A bit of game commentary

For valentine’s day, I was gifted with Dead Space 2. It has been a fun trip so far, but I find myself getting tired of the story already. This is something which happens to me when playing video games a lot in the last few years. It’s not because the stories aren’t decently crafted or that the world created for the game doesn’t have depth or history. It’s because I can’t change it. I have no control over it. And given that these sorts of games are of the interactive sort, there is an expectation to have control over it.

That is a large part of why I continue to play traditional games, especially role playing games, in addition to video games. There is a level of input I can’t anywhere else. I may not have complete control over it, there are the GM and my fellow players, but together we are crafting it. Together. There isn’t any of that in video games these days despite the technological horsepower to do so.

Dead Space 2 has a wonderful atmosphere, a huge environment to explore and plenty to make you jump and shiver. Set in a orbiting space station cum megalopolis the designers went out of their way to make sure many details of humanity’s occupation are present in the game. The detritus and triumphs of life are everywhere. This was a vital place, something that was alive at one point. And that’s half of the horror. That world is now dying. The dead are littered everywhere and what is alive is attempting to kill you.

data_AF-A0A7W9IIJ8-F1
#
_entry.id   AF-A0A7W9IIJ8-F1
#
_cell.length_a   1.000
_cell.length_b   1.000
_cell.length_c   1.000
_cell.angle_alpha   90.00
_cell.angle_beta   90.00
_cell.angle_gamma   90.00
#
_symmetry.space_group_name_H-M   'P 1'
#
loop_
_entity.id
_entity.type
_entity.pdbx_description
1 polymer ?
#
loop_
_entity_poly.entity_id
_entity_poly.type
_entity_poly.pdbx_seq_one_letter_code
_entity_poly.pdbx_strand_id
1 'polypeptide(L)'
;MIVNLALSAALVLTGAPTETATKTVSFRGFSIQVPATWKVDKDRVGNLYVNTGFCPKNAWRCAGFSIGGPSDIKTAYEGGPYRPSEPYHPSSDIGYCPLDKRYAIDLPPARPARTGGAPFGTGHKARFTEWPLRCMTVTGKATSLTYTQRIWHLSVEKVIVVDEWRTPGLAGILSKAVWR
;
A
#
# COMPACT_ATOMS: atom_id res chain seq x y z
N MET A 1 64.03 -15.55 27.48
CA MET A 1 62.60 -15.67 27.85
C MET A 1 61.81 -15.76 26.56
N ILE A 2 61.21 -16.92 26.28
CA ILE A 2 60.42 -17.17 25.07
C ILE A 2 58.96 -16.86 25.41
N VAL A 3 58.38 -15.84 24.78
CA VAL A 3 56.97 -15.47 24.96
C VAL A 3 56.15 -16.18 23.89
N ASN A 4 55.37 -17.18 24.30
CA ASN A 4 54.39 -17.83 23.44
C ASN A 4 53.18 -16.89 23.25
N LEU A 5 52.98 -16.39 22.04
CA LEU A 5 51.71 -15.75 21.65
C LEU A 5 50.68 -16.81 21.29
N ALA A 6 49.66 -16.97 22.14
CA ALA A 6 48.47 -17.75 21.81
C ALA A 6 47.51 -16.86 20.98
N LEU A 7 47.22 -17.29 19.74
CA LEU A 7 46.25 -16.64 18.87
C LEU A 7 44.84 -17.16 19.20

Which brings up my frustration with the game. Despite this expansive environment to explore, there is only one path through it. The avatar you’re given on this journey is wearing a space suit. It has rockets located in the legs. He is supposed to be an engineer. Yet your options for travel are severely constrained. See those boxes in your path? Forget about climbing over them! Go through this apartment that you can’t see anything in. Oh, your target is at the top floor of this open space? Forget about scaling the walls or using those rockets to get you up there. Follow this convoluted maze of elevators, rooms, and crawlspaces through the walls instead. Think there might be some way in from the outside? Think again! Blasting out the windows and letting the decompression take you away just ends the game.

Don’t think is argued from ignorance. I know that some of those elevators are stand-ins for load screens. That there is only so much RAM for textures and whatnot to be stuffed in. I know these things. This does not forgive the designers for having planned so singular a story experience that giving the player the ability to find their own way to the objective didn’t seem to have been considered. Part of the exploration of the game must also be the exploration of the possibilities of the game. Having only one path means you have only one possibility. And that is boring.

Speaking of which, I ended playing last night not because I was satisfied with my progress but because I got bored with it. Having traversed my way from a hospital to space-train to hypermall and finally into the belly of a corrupt church I found myself forced into set piece after set piece — achieving nothing and progressing neither the story nor the path. My avatar finally killed by yet another new monstrosity I had no taste to continue. I didn’t care to because there was nothing left to care for and no other path to explore.

I think video game designers need to go back and get some remedial GM training or pick up some of Robin Laws‘ work. If pick-a-path books can give me different ways of reaching the ending, why can’t video games?

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